In the third scheme, Blagojevich asked a construction executive to raise hundreds of thousands of dollars in exchange for a hefty contract from the Illinois Tollway to make repairs to the roads, Niewoehner said.
Niewoehner told the jury that Blagojevich selected the most expensive plan on the table for the Illinois Tollway as his goal. He planned to use a smaller plan to “whet the appetites” of the road-building industry, Niewoehner said, and then if they wanted a $5 billion program, Blagojevich would demand campaign contributions. Blagojevich allegedly made the demand to Gerald Krozel, an executive of a construction firm.
At the same time as these other shakedowns, Niewoehner said, Blagojevich set his sights on Children’s Memorial Hospital. Blagojevich knew the hospital wanted money to help sick children, and was planning on signing the bill, but a new law would take place at the end of the year limiting campaign contributions and Blagojevich wanted to hold the bill so he could get a contribution in the five days before that law took effect. He had his brother send the message to the president of Children’s Memorial Hospital that Blagojevich wanted a $25,000 contribution in exchange for releasing the funds.
The next alleged shakedown involved Chicago Academy and then-Congressman Rahm Emanuel. Blagojevich held $2 million supposed to go to the school in Emanuel’s district and had one of his staffers go to Emanuel to ask for a fundraiser thrown by Emanuel’s Hollywood agent brother, Niewoehner said.
Blagojevich made the school go through an unprecedented five-step process to get the money released to send the message that he wanted his demands met, Niewoehner said.
In the shakedowns, “sometimes [Blagojevich] was more subtle, sometimes he was as subtle as a freight train,” Niewoehner said.
Blagojevich was a politician, Niewoehner said, and he knew how to make his demands.
After an overruled objection by the defense, Niewoehner drew an analogy between Blagojevich and a policeman who pulls someone over, with a ticket in their hand, and tries to get a payoff in exchange for not writing the ticket.
Niewoehner told the jury they would not just hear the evidence about the shakedowns, but the also would hear evidence about why Blagojevich made these demands. Blagojevich needed the money, Niewoehner said, because he personally owed over $200,000 as his debt skyrocketed.
In 2008, Blagojevich needed money in his campaign fund, as well, according to Niewoehner.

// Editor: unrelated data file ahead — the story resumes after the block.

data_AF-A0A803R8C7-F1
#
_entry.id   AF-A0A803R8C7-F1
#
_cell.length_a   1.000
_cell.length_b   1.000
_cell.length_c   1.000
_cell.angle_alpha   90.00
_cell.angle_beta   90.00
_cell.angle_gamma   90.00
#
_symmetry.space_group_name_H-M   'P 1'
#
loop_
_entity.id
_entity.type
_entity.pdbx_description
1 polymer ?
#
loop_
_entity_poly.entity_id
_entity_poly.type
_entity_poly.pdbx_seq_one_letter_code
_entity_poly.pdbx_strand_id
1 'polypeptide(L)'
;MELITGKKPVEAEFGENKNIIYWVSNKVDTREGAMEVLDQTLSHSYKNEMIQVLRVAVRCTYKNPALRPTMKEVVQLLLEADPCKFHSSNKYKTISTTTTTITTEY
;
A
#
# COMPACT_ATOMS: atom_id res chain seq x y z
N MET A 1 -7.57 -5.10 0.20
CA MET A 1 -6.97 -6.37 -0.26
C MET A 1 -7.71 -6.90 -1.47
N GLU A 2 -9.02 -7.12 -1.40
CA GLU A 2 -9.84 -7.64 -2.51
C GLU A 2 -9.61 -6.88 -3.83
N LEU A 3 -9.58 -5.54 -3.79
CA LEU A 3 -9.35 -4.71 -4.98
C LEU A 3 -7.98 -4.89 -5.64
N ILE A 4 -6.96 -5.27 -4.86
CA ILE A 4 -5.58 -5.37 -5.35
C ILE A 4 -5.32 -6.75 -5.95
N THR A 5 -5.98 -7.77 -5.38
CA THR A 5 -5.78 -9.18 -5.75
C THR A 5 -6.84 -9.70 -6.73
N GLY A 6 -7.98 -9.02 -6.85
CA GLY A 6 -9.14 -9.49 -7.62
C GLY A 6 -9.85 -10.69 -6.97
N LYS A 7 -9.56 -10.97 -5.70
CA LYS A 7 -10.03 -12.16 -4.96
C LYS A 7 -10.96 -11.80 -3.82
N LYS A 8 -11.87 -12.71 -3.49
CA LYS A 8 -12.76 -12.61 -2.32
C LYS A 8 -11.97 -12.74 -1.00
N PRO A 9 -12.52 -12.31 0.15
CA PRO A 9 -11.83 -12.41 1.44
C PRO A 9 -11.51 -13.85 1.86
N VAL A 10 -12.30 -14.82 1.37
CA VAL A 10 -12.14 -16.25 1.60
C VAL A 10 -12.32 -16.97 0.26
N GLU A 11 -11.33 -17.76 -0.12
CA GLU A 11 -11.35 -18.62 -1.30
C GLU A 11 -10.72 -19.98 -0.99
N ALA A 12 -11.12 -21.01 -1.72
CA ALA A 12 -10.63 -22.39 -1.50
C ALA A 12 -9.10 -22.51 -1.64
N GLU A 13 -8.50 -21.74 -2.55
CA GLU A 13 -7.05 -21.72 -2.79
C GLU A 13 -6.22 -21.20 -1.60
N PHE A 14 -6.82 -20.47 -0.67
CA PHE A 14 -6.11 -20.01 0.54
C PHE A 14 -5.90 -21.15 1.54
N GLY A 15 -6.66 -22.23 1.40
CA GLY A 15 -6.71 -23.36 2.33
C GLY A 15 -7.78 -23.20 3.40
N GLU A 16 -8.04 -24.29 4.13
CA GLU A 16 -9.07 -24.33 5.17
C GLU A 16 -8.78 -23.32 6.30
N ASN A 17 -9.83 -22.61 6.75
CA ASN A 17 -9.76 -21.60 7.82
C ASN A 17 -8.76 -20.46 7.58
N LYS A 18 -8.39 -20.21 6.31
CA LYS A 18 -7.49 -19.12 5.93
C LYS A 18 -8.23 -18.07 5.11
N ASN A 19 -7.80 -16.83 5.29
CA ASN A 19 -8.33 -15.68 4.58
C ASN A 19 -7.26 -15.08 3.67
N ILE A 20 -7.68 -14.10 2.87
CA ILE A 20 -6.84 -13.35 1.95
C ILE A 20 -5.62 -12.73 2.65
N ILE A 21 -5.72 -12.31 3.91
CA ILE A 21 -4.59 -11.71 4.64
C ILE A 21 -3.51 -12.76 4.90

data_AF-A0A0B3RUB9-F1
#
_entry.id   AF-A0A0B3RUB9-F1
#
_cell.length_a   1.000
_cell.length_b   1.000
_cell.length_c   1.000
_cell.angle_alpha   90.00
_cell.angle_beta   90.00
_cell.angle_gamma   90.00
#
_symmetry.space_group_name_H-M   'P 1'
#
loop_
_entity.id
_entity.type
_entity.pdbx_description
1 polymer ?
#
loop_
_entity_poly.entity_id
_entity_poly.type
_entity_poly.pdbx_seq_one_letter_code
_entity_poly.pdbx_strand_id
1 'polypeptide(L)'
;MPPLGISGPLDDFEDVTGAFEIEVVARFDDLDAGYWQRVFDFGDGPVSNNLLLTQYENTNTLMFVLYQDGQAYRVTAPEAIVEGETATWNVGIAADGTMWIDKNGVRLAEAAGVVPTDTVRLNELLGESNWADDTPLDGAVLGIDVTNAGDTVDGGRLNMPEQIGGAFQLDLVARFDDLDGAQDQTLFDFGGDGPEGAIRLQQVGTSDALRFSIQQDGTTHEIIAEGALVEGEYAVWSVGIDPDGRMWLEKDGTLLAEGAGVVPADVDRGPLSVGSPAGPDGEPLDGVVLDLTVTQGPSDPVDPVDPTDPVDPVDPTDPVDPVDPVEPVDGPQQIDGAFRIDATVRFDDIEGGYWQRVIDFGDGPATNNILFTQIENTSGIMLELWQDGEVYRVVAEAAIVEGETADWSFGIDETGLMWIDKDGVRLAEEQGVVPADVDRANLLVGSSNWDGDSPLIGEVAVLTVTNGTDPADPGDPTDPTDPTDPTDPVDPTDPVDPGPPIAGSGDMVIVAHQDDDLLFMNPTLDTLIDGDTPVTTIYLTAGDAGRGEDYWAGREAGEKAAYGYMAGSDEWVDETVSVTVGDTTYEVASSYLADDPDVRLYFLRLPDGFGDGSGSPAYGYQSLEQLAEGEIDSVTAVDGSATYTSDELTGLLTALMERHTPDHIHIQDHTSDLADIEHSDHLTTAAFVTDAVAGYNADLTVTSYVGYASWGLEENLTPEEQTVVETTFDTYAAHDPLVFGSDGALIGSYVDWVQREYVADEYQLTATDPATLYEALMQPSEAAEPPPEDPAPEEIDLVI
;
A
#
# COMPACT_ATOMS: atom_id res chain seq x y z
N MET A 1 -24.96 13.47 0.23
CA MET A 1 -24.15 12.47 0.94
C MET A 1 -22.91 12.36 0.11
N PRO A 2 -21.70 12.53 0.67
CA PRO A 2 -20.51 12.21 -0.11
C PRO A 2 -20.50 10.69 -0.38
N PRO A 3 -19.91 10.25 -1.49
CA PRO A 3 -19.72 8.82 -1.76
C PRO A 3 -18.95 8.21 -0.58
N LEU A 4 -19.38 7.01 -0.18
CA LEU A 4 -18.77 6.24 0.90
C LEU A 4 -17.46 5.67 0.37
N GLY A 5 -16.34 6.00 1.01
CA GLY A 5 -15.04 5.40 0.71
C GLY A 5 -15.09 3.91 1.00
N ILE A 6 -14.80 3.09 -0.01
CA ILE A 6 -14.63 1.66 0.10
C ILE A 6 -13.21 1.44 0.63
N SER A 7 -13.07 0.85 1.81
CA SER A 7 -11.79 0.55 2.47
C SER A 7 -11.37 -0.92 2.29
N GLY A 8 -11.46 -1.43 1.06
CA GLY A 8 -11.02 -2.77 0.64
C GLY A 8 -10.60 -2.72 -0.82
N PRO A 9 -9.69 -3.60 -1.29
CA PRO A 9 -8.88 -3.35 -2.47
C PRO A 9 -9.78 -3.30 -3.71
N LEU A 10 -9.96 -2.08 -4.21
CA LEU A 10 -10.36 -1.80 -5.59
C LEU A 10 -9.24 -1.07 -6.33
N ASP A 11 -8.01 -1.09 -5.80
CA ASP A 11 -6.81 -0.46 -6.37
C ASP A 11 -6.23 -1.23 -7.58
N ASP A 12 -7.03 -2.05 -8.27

“Money is power,” Niewoehner said. Blagojevich thus decided to convert his state power into campaign cash.
Niewoehner told the jury they would get two types of evidence: recordings and witnesses. The prosecutor explained that in 2008, the government met with a man named John Wyma, who had worked with Blagojevich for a decade. Niewoehner told the jury that Wyma, a lobbyist for Children’s Memorial Hospital, had seen Blagojevich taking steps to conduct the shakedowns.
After meeting with Wyma, Niewoehner said, the FBI got permission for wiretaps of Blagojevich’s phones, and they recorded conversations Blagojevich had with his staffers and others.
The wiretaps began just before the 2008 election and continued until Dec. 9, 2008 when Blagojevich was arrested.
“In those recordings, you are going to hear the sitting governor planning those crimes and committing those crimes,” Niewoehner told the jury. “You’re going to hear him say ‘I’ve got this thing, and it’s f---ing golden, and I’m just not giving it up for f---ing nothing.”
Niewoehner told the jury they would hear Blagojevich’s reactions to being told his demands would not be met, they would hear Blagojevich tell Balanoff what he wanted for appoint Jarrett to the Senate and they would hear Blagojevich tell his wife, Patti, what he had just done.
The jury will also hear from witnesses, Niewoehner said, including Krozel, the man who was asked to raise money in exchange for the construction contract, and Patrick Magoon, the president of Children’s Memorial Hospital. Niewoehner told the jury they would also hear from top staffers and fundraisers for Blagojevich.
Niewoehner said that Lon Monk and John Harris would both testify about helping Blagojevich commit these shakedowns, and that their testimony will come because they had already pled guilty to the crimes.
Blagojevich had all the power, Niewoehner said. He decided who to shakedown and when, and he had everything to gain. Niewoehner told the jury that each of the witnesses only knew pieces of the whole plan, and that only Blagojevich at the center knew the whole story.
“Shakedown after shakedown, the defendant is guilty – guilty on these charges,” Niewoehner said.